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Hoffmann, R. A wiki for the life sciences where authorship matters. Nature Genetics (2008)

Comparative adherence to human A549 cells, plant fibronectin-like protein, and polystyrene surfaces of four Pseudomonas fluorescens strains from different ecological origin.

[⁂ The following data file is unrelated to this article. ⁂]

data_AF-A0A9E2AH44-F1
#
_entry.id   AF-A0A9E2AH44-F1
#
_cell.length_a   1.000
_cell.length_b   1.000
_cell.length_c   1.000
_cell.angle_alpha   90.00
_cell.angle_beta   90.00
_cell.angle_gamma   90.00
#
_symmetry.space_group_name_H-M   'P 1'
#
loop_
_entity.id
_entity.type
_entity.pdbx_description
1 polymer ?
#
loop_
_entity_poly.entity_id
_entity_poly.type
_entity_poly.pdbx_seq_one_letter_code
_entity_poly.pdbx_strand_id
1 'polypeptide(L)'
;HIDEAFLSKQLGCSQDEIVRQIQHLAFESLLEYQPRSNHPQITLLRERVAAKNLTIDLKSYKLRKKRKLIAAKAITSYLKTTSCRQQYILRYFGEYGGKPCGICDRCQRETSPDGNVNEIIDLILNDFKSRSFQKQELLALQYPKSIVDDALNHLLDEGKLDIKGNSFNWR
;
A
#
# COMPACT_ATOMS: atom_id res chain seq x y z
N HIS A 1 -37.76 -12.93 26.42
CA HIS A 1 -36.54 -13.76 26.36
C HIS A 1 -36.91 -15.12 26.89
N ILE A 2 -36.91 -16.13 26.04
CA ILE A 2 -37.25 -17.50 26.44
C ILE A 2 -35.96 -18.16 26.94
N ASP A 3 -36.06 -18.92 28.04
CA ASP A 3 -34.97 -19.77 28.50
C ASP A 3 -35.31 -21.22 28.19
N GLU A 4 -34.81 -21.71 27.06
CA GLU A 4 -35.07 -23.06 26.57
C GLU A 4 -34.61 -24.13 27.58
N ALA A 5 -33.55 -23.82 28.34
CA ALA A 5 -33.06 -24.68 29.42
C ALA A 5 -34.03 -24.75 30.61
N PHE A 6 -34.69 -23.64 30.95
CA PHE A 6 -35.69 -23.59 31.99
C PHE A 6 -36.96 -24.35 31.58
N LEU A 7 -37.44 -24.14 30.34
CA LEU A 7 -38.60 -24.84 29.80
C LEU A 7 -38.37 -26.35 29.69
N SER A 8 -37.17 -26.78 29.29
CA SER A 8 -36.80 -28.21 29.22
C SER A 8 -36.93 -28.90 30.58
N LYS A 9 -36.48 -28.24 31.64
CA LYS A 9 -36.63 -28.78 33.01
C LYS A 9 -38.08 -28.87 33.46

The main objective of this study was to compare the adherence properties of four Pseudomonas fluorescens isolates from different ecological niches (human tissue, rhizosphere, drinking water, and cow milk). The substrates used to test P. fluorescens adherence were as follows: cultured human respiratory epithelial cells A549, immobilized plant fibronectin-like protein, and polystyrene. For all the experiments, bacteria were grown at 27 degrees C. The adherence assay to human cells was performed at 37 degrees C, whereas adherence to fibronectin and polystyrene was done at 27 degrees C. The four strains tested adhered to A549 cells but showed different adherence patterns. At 3 h, the milk isolate showed an aggregative adherence phenotype, whereas the three other isolates showed a diffuse adherence pattern. With a longer incubation time of 24 h, the aggregative pattern of the milk isolate disappeared, the adherence of the clinical strain increased, the adherence of the water isolate decreased, and morphological changes in A549 cells were observed with the clinical, water, and soil isolates. The four strains tested formed biofilms on polystyrene dishes. The clinical and milk isolates were the more efficient colonizers of polystyrene surfaces and also the more adherent to immobilized plant fibronectin-like protein. There was no relation between bacterial surface hydrophobicity and P. fluorescens adherence to the substrates tested. The main conclusions of these results are that P. fluorescens is an adherent bacterium, that no clear correlation exists between adherence and ecological habitat, and that P. fluorescens can adhere well to substrates not present in its natural environment.[1]


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